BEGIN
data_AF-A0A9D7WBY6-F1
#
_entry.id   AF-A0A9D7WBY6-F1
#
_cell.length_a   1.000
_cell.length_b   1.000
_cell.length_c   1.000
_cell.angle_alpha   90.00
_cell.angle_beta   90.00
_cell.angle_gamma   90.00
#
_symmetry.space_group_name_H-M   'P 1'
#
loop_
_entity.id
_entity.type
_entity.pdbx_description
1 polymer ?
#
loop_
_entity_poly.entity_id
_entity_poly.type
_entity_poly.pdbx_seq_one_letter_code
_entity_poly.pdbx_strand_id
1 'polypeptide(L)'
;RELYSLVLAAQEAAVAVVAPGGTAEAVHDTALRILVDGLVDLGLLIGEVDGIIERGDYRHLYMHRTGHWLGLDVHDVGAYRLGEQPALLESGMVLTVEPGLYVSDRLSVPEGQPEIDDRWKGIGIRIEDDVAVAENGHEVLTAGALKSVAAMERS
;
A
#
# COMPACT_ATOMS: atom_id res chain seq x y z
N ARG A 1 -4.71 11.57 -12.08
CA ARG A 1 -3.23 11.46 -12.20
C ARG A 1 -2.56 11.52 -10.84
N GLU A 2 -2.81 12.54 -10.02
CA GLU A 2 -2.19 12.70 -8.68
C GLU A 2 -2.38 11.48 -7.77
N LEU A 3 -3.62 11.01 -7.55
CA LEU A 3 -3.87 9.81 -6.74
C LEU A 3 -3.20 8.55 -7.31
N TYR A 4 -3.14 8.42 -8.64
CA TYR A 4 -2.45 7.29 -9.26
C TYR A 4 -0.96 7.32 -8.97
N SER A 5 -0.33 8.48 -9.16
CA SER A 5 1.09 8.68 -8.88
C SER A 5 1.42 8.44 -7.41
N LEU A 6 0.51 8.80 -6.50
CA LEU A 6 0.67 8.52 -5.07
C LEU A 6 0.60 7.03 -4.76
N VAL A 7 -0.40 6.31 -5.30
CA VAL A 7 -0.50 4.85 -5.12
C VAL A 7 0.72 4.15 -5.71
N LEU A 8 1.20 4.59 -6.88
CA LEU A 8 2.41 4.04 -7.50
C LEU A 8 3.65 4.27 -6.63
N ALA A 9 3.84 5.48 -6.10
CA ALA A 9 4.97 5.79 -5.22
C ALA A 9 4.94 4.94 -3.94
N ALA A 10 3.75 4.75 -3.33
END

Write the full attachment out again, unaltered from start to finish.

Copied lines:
data_AF-A0A9D7WBY6-F1
#
_entry.id   AF-A0A9D7WBY6-F1
#
_cell.length_a   1.000
_cell.length_b   1.000
_cell.length_c   1.000
_cell.angle_alpha   90.00
_cell.angle_beta   90.00
_cell.angle_gamma   90.00
#
_symmetry.space_group_name_H-M   'P 1'
#
loop_
_entity.id
_entity.type
_entity.pdbx_description
1 polymer ?
#
loop_
_entity_poly.entity_id
_entity_poly.type
_entity_poly.pdbx_seq_one_letter_code
_entity_poly.pdbx_strand_id
1 'polypeptide(L)'
;RELYSLVLAAQEAAVAVVAPGGTAEAVHDTALRILVDGLVDLGLLIGEVDGIIERGDYRHLYMHRTGHWLGLDVHDVGAYRLGEQPALLESGMVLTVEPGLYVSDRLSVPEGQPEIDDRWKGIGIRIEDDVAVAENGHEVLTAGALKSVAAMERS
;
A
#
# COMPACT_ATOMS: atom_id res chain seq x y z
N ARG A 1 -4.71 11.57 -12.08
CA ARG A 1 -3.23 11.46 -12.20
C ARG A 1 -2.56 11.52 -10.84
N GLU A 2 -2.81 12.54 -10.02
CA GLU A 2 -2.19 12.70 -8.68
C GLU A 2 -2.38 11.48 -7.77
N LEU A 3 -3.62 11.01 -7.55
CA LEU A 3 -3.87 9.81 -6.74
C LEU A 3 -3.20 8.55 -7.31
N TYR A 4 -3.14 8.42 -8.64
CA TYR A 4 -2.45 7.29 -9.26
C TYR A 4 -0.96 7.32 -8.97
N SER A 5 -0.33 8.48 -9.16
CA SER A 5 1.09 8.68 -8.88
C SER A 5 1.42 8.44 -7.41
N LEU A 6 0.51 8.80 -6.50
CA LEU A 6 0.67 8.52 -5.07
C LEU A 6 0.60 7.03 -4.76
N VAL A 7 -0.40 6.31 -5.30
CA VAL A 7 -0.50 4.85 -5.12
C VAL A 7 0.72 4.15 -5.71
N LEU A 8 1.20 4.59 -6.88
CA LEU A 8 2.41 4.04 -7.50
C LEU A 8 3.65 4.27 -6.63
N ALA A 9 3.84 5.48 -6.10
CA ALA A 9 4.97 5.79 -5.22
C ALA A 9 4.94 4.94 -3.94
N ALA A 10 3.75 4.75 -3.33